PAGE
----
Faced with the challenge and opportunity to produce a book on the 150 most influential people in the history of the Puyallup Valley, Ruth Anderson proceeded the only way she could.
“There are so many people who have been part of the history of the valley, and any two writers could come up with quite a few different names,” she said.
Anderson had a few advantages. One, she loved Puyallup, which she’s called home since 1993. Two, husband Andy is the historian for the Puyallup Historical Society, where she’s been active for years.
“We wanted to capture as many pioneer types as we could, so I looked at works done by the historical society,” she said. “There are so many multi-generational families in the valley, people who had done interesting things.”
And then, there were those still alive. Choosing among them, said the retired Air Force intelligence officer, was more difficult.
“One of those in the book, for instance, is James Martinson, the double amputee badly wounded in Vietnam,” she said. “There were a few people I wanted in the book but never reached. They simply didn’t return repeated telephone calls.
“Those in the book who are living include a Medal of Honor winner, a Miss Washington, an Olympic swimmer ”
Due out this month by Arcadia Publishing, “Legendary Locals of the Puyallup Valley” will feature short stories and photos of 150 folks who have influenced the region.
When I asked her to come up with a Top 10 list from a book with 15 times that many people, Anderson agreed — with one caveat. None of the 10 could be among the living.
OK, then. Here’s her quick, subjective, off-the-cuff list:
1. Henry Sicade. A Nisqually Indian born in 1866, he graduated from college, sat on the Puyallup Tribal Council and the Fife City Council, and helped found the Fife school system.
2. Ezra and Eliza Meeker. Two Ohioans who came west on the Oregon Trail in 1853, they became wealthy farmers. He was Puyallup’s first mayor and she an early advocate of women’s voting rights.
3. Ronimous Nix. A Pennsylvania man who came west to claim land in the valley, he fought in the Indian War, became a prosperous landowner and married three times. He once had the largest herd of cattle in the region.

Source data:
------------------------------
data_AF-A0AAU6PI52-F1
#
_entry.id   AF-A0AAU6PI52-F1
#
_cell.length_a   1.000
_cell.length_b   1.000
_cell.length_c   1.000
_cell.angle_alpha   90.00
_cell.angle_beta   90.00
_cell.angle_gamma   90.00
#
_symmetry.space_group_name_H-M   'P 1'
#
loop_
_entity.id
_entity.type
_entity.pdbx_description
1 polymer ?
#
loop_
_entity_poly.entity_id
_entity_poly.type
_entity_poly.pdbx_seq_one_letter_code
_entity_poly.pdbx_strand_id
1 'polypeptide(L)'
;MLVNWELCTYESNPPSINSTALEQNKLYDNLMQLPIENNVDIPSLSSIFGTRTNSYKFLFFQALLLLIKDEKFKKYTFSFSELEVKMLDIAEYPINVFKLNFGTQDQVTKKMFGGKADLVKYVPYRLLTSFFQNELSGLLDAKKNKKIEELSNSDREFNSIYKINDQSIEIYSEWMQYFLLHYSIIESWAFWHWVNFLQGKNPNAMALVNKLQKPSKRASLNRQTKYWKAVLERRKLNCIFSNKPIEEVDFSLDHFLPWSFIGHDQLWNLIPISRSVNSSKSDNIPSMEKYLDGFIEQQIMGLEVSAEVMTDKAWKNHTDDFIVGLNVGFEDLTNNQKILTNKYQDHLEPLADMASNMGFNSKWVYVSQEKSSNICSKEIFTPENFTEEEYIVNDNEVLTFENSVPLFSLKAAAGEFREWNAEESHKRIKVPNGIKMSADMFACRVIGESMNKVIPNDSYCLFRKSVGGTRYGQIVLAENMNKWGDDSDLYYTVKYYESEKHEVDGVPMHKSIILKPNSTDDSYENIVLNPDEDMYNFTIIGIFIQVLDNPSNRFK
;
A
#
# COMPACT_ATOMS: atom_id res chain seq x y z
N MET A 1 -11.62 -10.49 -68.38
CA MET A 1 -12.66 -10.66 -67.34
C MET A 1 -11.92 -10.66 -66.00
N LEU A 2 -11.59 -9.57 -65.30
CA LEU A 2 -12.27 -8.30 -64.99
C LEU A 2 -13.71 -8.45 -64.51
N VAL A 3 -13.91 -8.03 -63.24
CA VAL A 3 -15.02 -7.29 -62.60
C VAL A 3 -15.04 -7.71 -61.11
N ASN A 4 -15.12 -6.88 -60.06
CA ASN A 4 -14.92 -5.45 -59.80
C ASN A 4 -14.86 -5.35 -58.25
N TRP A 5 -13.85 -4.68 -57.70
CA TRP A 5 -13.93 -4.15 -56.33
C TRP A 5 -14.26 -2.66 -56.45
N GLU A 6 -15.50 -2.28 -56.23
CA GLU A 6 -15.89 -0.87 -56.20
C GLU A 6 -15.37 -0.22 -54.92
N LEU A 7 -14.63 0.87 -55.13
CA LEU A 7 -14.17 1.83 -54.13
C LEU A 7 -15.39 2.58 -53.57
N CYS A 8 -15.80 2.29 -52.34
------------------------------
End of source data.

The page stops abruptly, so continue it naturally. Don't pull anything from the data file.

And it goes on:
4. Clara McCarty Wilt. The daughter of pioneers, she was the first University of Washington graduate (1876) and the first woman elected superintendent of schools in Pierce County.
5. The Rev. George Whitworth. This Presbyterian pastor brought his family over the Oregon Trail in 1853, established 15 churches and a college in his name that eventually moved to Spokane.
6. Herman Klaber. This Austrian immigrant managed a Puyallup hop warehouse and owned hop fields, amassing a fortune. He died in 1912 aboard the Titanic.
7. Robert and Agnes Montgomery. He was a journalist who combined the Sumner and Puyallup newspapers, serving as editor and publisher, and was elected Sumner’s mayor. She was a poet, active in the community.
8. Theophilus Scheffer. This well-educated wildlife expert migrated west with the U.S. Biology Survey and found, on a mountain beaver, the largest flea known to exist. It was named for him.
9. The Shigeo Takeuchi family. He farmed the Northwest, settled on a Puyallup berry farm and had a family of five. During interment at Camp Harmony, one daughter graduated high school and three sons enlisted. All were reunited after World War II.
10. Deborah Stein Munson. A tuba-playing Puyallup High teacher whose passion brought the arts to Puyallup, she chaired art projects and festivals and mentored young artists.
This will be Anderson’s ninth book, including a novel based in a fictional town (read: Orting) about what happens when Mount Rainier is hit with a series of earthquakes.
“It didn’t sell in Orting,” Andy Anderson deadpans. “They just don’t care.”
As for her latest book, Ruth Anderson has one goal.
“I hope the book encourages young people to sit down with their grandparents, their parents, and find out their own family histories — then put it down on paper.” “Legendary Locals of the Puyallup Valley”
Where: On sale late this month at Puyallup Historical Society at Meeker Mansion.
When: Author Ruth Anderson will sign books Nov. 9 at 10:30 a.m. at the Puyallup Library; Nov. 16 at 1 p.m. at the Puyallup Bookmark book store; Dec. 7 at 2 p.m. at South Hill library; and Dec. 8 at 2 p.m. at Sumner library.larry.larue@ thenewstribune.com blog.thenewstribune.com/larue